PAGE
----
Here’s an excerpt from an interesting article by Julie Bosman, “Loved His New Novel, and What a Bibliography,” in today’s New York Times about the practice of including bibligraphies in novels:
“It’s terribly off-putting,” said James Wood, the literary critic for The New Republic. “It would be very odd if Thomas Hardy had put at the end of all his books, ‘I’m thankful to the Dorset County Chronicle for dialect books from the 18th century.’ We expect authors to do that work, and I don’t see why we should praise them for that work. And I don’t see why they should praise themselves for it.”
Traditionally confined to works of nonfiction, the bibliography has lately been creeping into novels, rankling critics who call it a pretentious extension of the acknowledgments page, which began appearing more than a decade ago and was roundly derided as the tacky literary equivalent of the Oscar speech. Purists contend that novelists have always done research, particularly in books like “Madame Bovary” that were inspired by real-life events, yet never felt a bibliography was necessary.
And many present-day writers like Thomas Pynchon, most recently in “Against the Day,” put extensive historical research into their novels without citing sources or explaining methods.
But some novelists defend the bibliography, pointing out that for writers who spend months or years doing research for historical novels, a list of sources is proof of labor and expertise. . . .
Of course some fiction writers have always tacked on bibliographies, as William T. Vollmann has done since his first book, “You Bright and Risen Angels,” published in 1987. Mr. Vollmann initially did it because the book was first published in Britain, and he wasn’t sure how many sources he was expected to cite according to British laws, he said.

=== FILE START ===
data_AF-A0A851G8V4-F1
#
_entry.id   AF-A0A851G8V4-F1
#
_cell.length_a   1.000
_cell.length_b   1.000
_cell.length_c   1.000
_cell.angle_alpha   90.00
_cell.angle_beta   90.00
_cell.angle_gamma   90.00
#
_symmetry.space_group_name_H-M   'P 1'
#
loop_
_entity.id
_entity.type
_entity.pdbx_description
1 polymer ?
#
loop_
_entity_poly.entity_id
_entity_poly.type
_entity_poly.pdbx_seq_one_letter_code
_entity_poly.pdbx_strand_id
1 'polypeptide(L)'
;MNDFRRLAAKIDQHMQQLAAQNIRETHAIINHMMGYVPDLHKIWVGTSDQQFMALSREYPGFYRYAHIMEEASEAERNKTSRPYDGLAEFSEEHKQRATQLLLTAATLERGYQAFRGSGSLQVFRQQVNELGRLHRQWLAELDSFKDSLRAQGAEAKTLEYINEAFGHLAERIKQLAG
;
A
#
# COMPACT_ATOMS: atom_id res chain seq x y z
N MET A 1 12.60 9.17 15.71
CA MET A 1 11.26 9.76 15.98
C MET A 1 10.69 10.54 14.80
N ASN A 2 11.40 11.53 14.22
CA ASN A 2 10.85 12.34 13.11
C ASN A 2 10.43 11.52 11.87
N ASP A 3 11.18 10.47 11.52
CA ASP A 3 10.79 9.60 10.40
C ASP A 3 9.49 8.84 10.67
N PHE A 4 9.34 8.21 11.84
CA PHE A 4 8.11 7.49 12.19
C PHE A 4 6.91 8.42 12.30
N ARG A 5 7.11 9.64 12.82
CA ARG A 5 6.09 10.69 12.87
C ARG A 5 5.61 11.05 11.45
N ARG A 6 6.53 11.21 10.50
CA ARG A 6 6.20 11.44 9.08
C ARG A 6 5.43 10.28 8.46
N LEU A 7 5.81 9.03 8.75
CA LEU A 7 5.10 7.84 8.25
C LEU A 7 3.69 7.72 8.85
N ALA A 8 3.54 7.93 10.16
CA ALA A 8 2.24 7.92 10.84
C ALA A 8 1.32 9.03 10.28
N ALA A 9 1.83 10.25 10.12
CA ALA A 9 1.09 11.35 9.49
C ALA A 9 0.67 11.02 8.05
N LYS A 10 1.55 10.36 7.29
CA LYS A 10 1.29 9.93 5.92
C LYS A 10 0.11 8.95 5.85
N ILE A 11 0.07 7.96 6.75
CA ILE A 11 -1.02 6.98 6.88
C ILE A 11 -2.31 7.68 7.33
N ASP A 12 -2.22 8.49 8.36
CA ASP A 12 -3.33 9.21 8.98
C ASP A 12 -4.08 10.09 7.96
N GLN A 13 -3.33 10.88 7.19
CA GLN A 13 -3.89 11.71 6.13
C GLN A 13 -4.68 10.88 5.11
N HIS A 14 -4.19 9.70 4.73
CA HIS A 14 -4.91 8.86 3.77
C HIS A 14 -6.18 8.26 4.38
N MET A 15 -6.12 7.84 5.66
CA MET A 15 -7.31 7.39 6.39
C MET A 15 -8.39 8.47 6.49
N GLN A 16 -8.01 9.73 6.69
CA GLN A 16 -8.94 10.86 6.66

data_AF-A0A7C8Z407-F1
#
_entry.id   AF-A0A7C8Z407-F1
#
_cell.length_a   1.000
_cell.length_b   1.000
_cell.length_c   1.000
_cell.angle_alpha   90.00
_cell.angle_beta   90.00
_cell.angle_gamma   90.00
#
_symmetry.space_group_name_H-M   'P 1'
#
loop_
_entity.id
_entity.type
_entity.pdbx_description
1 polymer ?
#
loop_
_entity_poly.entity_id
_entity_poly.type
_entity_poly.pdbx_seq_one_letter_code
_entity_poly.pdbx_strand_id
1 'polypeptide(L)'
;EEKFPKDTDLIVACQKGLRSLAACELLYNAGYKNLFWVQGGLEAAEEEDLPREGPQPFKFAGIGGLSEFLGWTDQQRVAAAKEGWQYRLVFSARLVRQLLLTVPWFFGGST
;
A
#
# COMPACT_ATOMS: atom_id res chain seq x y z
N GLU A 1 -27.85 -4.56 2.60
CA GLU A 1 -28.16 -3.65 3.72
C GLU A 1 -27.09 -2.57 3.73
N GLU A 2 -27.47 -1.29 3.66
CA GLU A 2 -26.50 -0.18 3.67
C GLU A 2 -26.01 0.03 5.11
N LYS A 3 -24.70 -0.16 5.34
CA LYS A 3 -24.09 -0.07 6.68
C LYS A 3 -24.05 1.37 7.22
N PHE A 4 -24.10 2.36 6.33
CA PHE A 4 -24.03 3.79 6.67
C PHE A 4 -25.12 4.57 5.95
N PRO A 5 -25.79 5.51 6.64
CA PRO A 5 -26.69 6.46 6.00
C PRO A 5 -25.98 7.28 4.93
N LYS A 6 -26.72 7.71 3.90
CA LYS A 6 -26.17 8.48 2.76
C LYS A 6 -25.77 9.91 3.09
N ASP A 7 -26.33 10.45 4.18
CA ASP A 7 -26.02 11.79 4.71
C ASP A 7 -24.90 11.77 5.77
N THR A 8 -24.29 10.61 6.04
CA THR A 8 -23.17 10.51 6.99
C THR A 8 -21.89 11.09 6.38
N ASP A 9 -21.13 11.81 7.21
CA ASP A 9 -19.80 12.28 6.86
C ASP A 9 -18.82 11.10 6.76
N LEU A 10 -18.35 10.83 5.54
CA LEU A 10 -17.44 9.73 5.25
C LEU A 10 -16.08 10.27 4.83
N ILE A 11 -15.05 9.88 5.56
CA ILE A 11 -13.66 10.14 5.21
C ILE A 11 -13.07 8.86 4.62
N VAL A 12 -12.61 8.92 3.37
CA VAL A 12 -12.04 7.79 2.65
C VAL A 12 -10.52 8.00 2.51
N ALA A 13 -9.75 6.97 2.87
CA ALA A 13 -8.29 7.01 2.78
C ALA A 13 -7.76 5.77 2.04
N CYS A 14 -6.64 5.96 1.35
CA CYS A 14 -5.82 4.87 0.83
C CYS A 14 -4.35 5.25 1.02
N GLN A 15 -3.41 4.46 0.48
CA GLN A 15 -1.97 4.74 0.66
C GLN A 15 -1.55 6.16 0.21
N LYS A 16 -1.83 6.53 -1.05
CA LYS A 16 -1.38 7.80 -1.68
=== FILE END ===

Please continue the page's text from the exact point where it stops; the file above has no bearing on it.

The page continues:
But now, Mr. Vollmann says, he does it as a service to readers. “I think it’s nice for a reader to have the information available,” he said. “Let’s say somebody gets interested in a character, or is disbelieving of something I had a character do. He can look in the back of the book.” . . .
I’m with Mr. Vollmann. Personally, I regard a bibliography in a historical novel not as a bid for praise or as proof of labor and expertise, but simply as a tool for the reader who might be interested in reading more about the subject. I don’t hold the absence of one against an author (there’s none in my own book, although I do include an author’s note in the book and a list of further reading on my website), but I do appreciate its inclusion. I certainly don’t see its being there as pretentious or as a form of bragging. It’s an aid to the reader, which the reader can either make use of or ignore.
Maybe Mr. Wood just doesn’t read much commercial historical fiction, because bibliographies seem to have been quite common in it for some time. Jean Plaidy often included them in her novels (The Battle of the Queens, the one closest to hand on my bookshelf, lists 21 titles that Plaidy consulted), and King’s Minions, a 1974 Brenda Honeyman novel about Edward II that I finally acquired yesterday after months of forlorn Googling, has a “Works Consulted” page. Even these now-dated bibliographies can be useful in leading readers to long-out-of-print books that may contain relevant information.
So I say, ignore Mr. Wood. Bring on the bibs (and keep the author’s notes coming too, please).
10 thoughts on “To Bibliography or Not to Bibliography?”
I like a bibliography for just the reasons you and Vollman mentioned. They can be useful guides for learning more about a new topic of interest (or even an old one). I guess I had assumed that many did it for legal reasons (as in, “yes, I did borrow an idea, but you get credit for that….”).